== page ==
Matthew Orimoloye V. The State (1984) LLJR-SC

Matthew Orimoloye V. The State (1984)

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The appellant in pursuance of the commission of robbery on the night indicated on the charge brought against him discharged a double-barrelled shot gun in the direction of P.w.1 and scored a hit. Some of the pellets in the cartridge injured P.w.1 on his right hand.

Thereafter some of the confederates of the appellant broke down the door of the Singer Machine shop and stole money and goods. P.w.1 and P.w.2 saw the appellant and gave testimony to that effect. In fact, after P.w.1 had received treatment for his gunshot injuries, he was taken by the police to the police station and as soon as he caught sight of the appellant, he pointed to him as the robber who had fired at him in the early hours of that day. The police recovered the spent cartridge at the scene of robbery.

The only issue in this case is that of identity and on the record, the appellant was properly and adequately identified by both P.w.1 and P.w.2, who had ample opportunity to do so. The charge brought against the appellant was proved and nothing that was urged by his counsel would persuade me to disturb the findings made by the court of trial. The appeal clearly lacks merit and should fail. I hereby dismiss it and affirm the conviction and sentence made by the court of trial which were in turn rightly affirmed by the Court of Appeal.

ESO, J.S.C.: The premises of Singer Machine Company at Ife were invaded by robbers at about 1.00 a.m. Eye witness account indicated there were moonlight and streetlight. The 1st and 2nd p.w. identified the appellant. It was he who fired a gun and while in that process he leaned against the car that brought the robbers to the scene. At the first opportunity the appellant was identified by those eye witnesses.

There is not much that could even be said in defence of the appellant whose defence was a denial once the account given by the eye witness was accepted.

The trial court sifted the evidence and came to the inevitable conclusion that it was the appellant that fired that gun and that he was one of the four night marauders.

The Court of Appeal found no substance in the appeal of the appellant.

In this Court, in a detailed brief by Chief Afe Babalola followed by oral submissions by Mr. Aribido the appellant’s claim to innocence was emphasised. Learned counsel talked of inconsistency in the evidence of prosecution witnesses but was only able to refer to evidence of non-eye witnesses whose evidence is immaterial to the identification of the appellant as a culprit. Mr. Aribido also made heavy weather of identification parade. But it is not in every case that a parade is necessary to identify culprits. The appellant was identified by 1st p.w. as soon as the latter saw him at the police station and even before he was asked to identify him.

I do not think there is any merit in the attack by learned counsel on the judgments of the trial court and the Court of Appeal.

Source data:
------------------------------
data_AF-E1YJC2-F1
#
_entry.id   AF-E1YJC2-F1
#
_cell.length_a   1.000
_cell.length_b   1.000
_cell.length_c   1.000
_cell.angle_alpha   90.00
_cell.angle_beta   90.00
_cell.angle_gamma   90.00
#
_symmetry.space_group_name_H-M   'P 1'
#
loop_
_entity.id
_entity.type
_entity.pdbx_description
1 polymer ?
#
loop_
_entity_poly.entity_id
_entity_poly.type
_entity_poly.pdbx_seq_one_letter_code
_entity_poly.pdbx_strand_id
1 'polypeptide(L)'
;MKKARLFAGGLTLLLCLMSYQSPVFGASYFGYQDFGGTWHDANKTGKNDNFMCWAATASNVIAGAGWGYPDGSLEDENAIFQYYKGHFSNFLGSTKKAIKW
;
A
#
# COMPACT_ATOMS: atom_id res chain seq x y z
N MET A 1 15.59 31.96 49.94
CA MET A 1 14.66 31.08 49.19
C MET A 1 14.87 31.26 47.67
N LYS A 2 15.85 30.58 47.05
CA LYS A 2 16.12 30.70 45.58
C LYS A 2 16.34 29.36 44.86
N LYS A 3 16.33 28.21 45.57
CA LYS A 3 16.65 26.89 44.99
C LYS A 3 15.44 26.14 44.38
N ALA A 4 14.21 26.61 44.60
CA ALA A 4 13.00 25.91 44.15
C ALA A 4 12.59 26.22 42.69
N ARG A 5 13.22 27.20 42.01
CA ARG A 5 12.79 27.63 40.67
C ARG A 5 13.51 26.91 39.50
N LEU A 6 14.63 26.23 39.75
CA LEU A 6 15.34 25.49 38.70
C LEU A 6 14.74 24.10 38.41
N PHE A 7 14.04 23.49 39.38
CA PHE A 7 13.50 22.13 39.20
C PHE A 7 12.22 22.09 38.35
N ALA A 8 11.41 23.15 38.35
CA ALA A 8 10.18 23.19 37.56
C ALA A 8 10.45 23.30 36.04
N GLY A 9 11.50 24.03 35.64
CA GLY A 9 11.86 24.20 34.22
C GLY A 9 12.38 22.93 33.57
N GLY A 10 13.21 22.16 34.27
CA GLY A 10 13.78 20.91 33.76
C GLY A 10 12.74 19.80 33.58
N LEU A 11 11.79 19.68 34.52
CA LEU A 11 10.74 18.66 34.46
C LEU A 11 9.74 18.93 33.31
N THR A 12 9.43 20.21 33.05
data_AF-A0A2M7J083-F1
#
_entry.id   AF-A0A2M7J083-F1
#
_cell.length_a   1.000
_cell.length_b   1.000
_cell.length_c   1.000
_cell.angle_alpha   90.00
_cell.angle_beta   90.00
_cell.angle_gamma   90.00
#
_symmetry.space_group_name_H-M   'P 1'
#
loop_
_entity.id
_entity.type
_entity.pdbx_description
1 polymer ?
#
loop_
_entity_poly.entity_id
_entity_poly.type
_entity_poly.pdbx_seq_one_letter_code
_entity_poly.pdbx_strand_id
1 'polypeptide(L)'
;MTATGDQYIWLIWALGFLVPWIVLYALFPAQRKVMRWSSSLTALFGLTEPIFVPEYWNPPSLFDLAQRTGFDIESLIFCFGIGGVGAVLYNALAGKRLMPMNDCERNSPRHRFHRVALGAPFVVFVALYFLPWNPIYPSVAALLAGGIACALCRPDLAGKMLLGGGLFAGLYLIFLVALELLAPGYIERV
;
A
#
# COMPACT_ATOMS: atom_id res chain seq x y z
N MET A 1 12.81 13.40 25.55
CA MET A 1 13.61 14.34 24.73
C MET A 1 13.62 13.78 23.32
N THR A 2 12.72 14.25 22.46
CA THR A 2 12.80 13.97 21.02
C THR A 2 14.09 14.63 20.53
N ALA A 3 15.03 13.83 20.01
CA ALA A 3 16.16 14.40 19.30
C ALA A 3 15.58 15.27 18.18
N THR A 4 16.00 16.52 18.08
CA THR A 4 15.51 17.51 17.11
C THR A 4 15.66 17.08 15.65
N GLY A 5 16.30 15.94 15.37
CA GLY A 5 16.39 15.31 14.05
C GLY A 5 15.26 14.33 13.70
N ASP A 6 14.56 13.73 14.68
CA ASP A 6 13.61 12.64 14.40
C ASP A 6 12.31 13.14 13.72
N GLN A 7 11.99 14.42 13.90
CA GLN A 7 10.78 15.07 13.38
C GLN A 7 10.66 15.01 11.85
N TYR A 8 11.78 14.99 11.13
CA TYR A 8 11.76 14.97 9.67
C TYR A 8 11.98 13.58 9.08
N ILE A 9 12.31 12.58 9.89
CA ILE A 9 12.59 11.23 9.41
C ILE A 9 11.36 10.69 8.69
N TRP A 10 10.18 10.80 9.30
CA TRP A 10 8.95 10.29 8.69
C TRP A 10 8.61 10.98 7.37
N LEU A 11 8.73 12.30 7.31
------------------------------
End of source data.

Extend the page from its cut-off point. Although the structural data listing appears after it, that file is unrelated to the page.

Finally the appellant in the brief filed on his behalf submitted that the information filed was null as it was filed by the D.P.P. I think this has been adequately taken care of by s.191 (2) of the Constitution of the Federal Republic of Nigeria which provides –

”The powers conferred upon the Attorney-General under sub section (1)…… may be exercised by him in person or through officers of his department.”

It goes without saying that the D.P.P is an officer in the Attorney-General’s department. There is no need for further exercise or assurance to clothe the D.P.P with the powers of instituting and undertaking criminal proceedings against any person.

On the whole, the appeal is devoid of merit and it is hereby dismissed. The conviction and sentence on the appellant are hereby further confirmed.

KARIBI-WHYTE, J.S.C.: This is an appeal against the dismissal of the appeal of the appellant by the Court of Appeal. Appellant was charged with the offence of (Armed robbery contrary to and punishable under s.1 (2) (a) of the Robbery and Firearms (Special Provisions) Decree No. 47 of 1970, as amended by the Robbery and Firearms (Special Provisions) (Amendment) (No.8) Decree of 1974. He was convicted. At his trial the prosecution called six witnesses. Out of these the 1st and 2nd witnesses who were eye witnesses, identified the appellant. Appellant gave evidence denying the charge and pleaded alibi.

Mr. Aribido has filed three additional grounds of appeal. There was one original ground. In arguing this appeal, counsel has pursued two defences. The first which was the main attack and covered by ground one of the original ground and ground three of the additional grounds of appeal, attacks the identification of the appellant by PW1 and PW2 on various grounds, namely –

(a) That the incident took place at 1 a.m.

(b) That there is conflicting evidence of the lighting of the place rendering it improbable that appellant could be identified.

(c) The method of identification is unsatisfactory.